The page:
“My wife and I had been attending marriage guidance counselling. We had still been holding normal relationships and had been on a weekend holiday together.”
However he said he recalled telling staff members not to allow his wife into the premises.
“I do recall saying she shouldn’t be allowed in. Information had come to me that she had been taking cash from the business and putting it into a separate account.”
Mrs Kelly said she had no intention of driving the business into the ground, instead insisting she had been trying to protect it.
She said she had been effectively banned from entering the premises after her husband started running the business by himself.
She added Mr Kelly had told her she would receive “half of nothing” if she did not return to him.
“I told Brian. I said we couldn’t live together, but there was no reason why that should affect the children or the staff,” she said.
“I told him I could continue the partnership and support him in the business. It didn’t have to mean that everything was finished.
“He said ‘definitely not’. If I wasn’t going to stay at home with him then I’d have no part in the business and I wasn’t to bother coming back.
“A few days later he put a letter through my door saying the partnership had been dissolved. He told me verbally I wasn’t allowed to come through the doors.”
She said she was sent a letter from Mr Kelly, along with a £300 cheque, which said: “I am only too happy to let you arrange the details of sale of Kelly’s Opticians, the croft-land and matrimonial home.”
However she said she could not do that, as she had no access to the business.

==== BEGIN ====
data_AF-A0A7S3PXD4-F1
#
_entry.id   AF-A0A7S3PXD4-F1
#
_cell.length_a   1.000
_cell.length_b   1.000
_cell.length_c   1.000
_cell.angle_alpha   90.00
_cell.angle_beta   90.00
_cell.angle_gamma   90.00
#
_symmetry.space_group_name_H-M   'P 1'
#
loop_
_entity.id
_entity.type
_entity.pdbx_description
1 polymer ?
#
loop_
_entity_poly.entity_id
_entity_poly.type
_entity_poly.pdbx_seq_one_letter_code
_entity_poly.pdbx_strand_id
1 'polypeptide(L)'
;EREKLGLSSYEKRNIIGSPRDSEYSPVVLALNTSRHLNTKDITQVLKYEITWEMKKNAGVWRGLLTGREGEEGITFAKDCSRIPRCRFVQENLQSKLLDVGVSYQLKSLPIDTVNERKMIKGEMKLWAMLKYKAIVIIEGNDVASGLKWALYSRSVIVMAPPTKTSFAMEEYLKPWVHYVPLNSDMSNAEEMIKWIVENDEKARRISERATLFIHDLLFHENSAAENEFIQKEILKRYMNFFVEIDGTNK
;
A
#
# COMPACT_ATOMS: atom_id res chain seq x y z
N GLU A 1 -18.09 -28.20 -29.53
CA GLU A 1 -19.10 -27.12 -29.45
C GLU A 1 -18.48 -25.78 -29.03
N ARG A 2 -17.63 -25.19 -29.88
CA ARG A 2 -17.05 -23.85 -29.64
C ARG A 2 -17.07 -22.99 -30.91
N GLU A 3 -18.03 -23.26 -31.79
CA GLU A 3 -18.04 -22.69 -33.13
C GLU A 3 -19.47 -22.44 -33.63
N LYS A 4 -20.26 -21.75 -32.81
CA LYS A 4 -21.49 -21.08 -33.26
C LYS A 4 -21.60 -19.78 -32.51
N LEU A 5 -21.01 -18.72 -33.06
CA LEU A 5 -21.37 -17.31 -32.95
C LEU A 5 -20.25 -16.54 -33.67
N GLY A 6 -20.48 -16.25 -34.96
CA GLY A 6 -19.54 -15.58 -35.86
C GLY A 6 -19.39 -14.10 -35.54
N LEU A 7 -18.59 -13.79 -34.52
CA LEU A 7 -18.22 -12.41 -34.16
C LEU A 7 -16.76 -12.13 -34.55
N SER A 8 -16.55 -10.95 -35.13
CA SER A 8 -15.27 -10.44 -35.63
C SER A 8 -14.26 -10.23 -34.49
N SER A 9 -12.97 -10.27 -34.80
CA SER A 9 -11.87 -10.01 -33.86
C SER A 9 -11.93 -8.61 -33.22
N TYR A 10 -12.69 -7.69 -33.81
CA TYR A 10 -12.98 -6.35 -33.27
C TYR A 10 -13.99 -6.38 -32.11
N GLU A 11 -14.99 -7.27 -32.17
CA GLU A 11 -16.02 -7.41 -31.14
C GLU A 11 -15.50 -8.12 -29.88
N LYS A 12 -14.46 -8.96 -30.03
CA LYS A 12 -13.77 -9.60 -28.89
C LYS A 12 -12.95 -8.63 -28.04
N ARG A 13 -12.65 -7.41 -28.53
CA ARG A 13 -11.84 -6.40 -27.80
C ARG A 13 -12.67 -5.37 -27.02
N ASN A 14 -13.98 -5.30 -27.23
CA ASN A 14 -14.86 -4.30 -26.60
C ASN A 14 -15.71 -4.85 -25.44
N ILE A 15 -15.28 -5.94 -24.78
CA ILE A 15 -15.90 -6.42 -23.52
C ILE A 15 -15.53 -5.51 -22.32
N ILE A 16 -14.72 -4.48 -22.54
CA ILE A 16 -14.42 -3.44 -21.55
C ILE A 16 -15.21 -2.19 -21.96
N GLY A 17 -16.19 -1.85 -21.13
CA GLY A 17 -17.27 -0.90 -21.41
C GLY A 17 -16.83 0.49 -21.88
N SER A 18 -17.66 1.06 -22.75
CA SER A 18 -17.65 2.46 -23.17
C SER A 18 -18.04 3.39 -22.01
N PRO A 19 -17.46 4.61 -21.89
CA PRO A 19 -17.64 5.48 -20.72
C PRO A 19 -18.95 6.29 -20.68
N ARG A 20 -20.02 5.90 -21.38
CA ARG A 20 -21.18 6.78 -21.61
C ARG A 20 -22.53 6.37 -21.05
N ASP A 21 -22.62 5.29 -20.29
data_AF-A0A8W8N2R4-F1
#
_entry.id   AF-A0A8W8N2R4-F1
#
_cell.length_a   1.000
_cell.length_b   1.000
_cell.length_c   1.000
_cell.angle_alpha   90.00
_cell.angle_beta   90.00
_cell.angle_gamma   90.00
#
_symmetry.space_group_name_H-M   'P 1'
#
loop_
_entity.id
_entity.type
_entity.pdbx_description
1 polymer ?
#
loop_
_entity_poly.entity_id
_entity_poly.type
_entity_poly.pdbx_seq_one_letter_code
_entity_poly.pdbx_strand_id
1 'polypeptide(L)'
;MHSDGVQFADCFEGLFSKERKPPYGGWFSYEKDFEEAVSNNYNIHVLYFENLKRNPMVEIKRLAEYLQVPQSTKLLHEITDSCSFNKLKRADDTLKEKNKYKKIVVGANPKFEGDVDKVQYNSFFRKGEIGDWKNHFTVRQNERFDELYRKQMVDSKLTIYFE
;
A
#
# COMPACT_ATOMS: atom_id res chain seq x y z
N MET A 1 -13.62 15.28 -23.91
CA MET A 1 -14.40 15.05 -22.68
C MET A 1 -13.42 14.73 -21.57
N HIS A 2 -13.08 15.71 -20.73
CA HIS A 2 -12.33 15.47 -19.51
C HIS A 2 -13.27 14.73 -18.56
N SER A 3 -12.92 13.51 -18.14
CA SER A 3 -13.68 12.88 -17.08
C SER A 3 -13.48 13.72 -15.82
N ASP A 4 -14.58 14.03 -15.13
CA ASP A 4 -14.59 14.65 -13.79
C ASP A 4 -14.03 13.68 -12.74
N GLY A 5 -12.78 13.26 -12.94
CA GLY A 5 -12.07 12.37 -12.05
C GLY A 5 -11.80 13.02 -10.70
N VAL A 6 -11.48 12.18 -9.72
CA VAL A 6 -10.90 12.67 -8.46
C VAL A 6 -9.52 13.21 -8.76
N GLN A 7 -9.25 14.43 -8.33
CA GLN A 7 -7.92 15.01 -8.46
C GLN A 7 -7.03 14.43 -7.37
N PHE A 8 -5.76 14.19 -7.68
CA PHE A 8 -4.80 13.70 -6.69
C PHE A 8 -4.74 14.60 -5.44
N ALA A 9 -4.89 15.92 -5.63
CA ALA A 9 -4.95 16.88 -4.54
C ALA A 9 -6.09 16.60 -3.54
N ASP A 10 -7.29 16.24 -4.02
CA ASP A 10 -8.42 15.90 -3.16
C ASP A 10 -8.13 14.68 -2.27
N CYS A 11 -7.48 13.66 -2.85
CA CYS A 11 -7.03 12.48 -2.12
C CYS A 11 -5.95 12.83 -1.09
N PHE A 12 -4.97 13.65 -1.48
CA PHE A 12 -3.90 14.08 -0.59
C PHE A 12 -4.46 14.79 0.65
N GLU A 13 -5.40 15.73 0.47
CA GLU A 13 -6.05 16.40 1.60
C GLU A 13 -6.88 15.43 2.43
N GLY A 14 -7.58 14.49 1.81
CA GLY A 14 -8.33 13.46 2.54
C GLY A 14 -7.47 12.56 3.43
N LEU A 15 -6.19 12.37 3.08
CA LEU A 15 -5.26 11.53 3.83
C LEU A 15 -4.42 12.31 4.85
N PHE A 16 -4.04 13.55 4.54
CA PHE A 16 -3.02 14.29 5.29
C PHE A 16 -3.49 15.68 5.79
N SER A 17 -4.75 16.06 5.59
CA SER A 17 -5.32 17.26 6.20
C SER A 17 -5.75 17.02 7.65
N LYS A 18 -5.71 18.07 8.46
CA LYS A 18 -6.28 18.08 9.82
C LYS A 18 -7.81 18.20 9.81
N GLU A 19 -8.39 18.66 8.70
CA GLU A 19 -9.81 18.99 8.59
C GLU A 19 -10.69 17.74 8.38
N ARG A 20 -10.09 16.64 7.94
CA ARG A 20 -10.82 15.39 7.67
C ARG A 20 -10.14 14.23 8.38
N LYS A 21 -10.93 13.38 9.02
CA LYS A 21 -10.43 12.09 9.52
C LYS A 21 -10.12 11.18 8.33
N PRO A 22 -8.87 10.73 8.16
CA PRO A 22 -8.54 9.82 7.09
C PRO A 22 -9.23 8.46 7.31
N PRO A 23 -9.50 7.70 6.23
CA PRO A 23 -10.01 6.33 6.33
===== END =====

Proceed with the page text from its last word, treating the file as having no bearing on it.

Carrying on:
Questioned by Mrs McCracken, she said she avoided going to the shop during working hours in case there was a scene.
“He [Brian] called me and said: ‘I need to speak to you about the valuation of the business.’ When I got there he’s brow-beat me and tried to force me to come home to the marriage. He used force to get his own way.”
She denied misappropriating money from the partnership, insisting: “I took money that was mine.”
“He used to say to me that I would get half of nothing unless I went back to him. He would not give me and the children a penny unless we were living with him.
“I thought the interdict was just to stop him doing a runner with the stock.”
The court also heard from Kelly’s practice manager, and qualified dispensing optician, Andrew Foyle.
He said he had attended the premises on a Monday morning to find the stock had been removed from it.
He telephoned Mr Kelly, who asked him to visit him at his home address. “He told me he was going bankrupt, that the practice was closing and that we [the staff] would be made redundant,” he said.
He said Mr Kelly changed his mind back and fore about whether he was staying.
However on the Saturday he “put on his jacket and left the practice. As the owner of the practice that was the last time he was there”.
Summing up, Mr Wilson told sheriff Scott MacKenzie Mrs Kelly had appeared to be trying to use the case as a means of “ventilating her frustrations at the marital difficulties, which of course are part of a separate action rather than to assist the court to determine the issues in dispute”.
He said Mr Kelly, in contrast, gave evidence in a straightforward manner and attempted to assist the court.
However Mrs McCracken said: “It is for the pursuer to prove his case on the balance of probabilities. The pursuer has failed to prove there is any payment due by the defender.”
Sheriff Scott MacKenzie will deliver his ruling at a later date.
In March 2004 a London optician appeared at Lerwick Sheriff Court to admit having assaulted Mr Kelly after discovering his wife had had an affair with him. Peter Alexander had flown to Shetland from London to confront Mr Kelly at his shop.